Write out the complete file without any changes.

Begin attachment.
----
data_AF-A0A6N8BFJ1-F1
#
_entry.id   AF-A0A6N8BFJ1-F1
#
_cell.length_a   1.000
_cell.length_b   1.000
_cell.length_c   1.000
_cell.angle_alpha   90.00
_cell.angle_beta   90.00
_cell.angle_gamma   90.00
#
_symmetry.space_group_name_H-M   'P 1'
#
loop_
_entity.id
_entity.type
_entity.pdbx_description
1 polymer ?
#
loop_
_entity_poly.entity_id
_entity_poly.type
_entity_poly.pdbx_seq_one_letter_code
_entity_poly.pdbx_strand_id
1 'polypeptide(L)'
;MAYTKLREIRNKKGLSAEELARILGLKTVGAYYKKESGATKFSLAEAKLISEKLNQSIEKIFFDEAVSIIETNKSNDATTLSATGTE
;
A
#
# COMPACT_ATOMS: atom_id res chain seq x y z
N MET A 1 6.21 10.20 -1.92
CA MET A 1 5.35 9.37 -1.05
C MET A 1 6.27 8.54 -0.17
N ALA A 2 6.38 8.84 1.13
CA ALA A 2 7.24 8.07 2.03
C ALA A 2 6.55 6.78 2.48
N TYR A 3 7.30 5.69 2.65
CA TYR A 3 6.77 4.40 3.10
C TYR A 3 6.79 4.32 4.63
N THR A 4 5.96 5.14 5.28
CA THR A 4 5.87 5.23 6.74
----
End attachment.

data_AF-A0A6N8BFJ1-F1
#
_entry.id   AF-A0A6N8BFJ1-F1
#
_cell.length_a   1.000
_cell.length_b   1.000
_cell.length_c   1.000
_cell.angle_alpha   90.00
_cell.angle_beta   90.00
_cell.angle_gamma   90.00
#
_symmetry.space_group_name_H-M   'P 1'
#
loop_
_entity.id
_entity.type
_entity.pdbx_description
1 polymer ?
#
loop_
_entity_poly.entity_id
_entity_poly.type
_entity_poly.pdbx_seq_one_letter_code
_entity_poly.pdbx_strand_id
1 'polypeptide(L)'
;MAYTKLREIRNKKGLSAEELARILGLKTVGAYYKKESGATKFSLAEAKLISEKLNQSIEKIFFDEAVSIIETNKSNDATTLSATGTE
;
A
#
# COMPACT_ATOMS: atom_id res chain seq x y z
N MET A 1 6.21 10.20 -1.92
CA MET A 1 5.35 9.37 -1.05
C MET A 1 6.27 8.54 -0.17
N ALA A 2 6.38 8.84 1.13
CA ALA A 2 7.24 8.07 2.03
C ALA A 2 6.55 6.78 2.48
N TYR A 3 7.30 5.69 2.65
CA TYR A 3 6.77 4.40 3.10
C TYR A 3 6.79 4.32 4.63
N THR A 4 5.96 5.14 5.28
CA THR A 4 5.87 5.23 6.74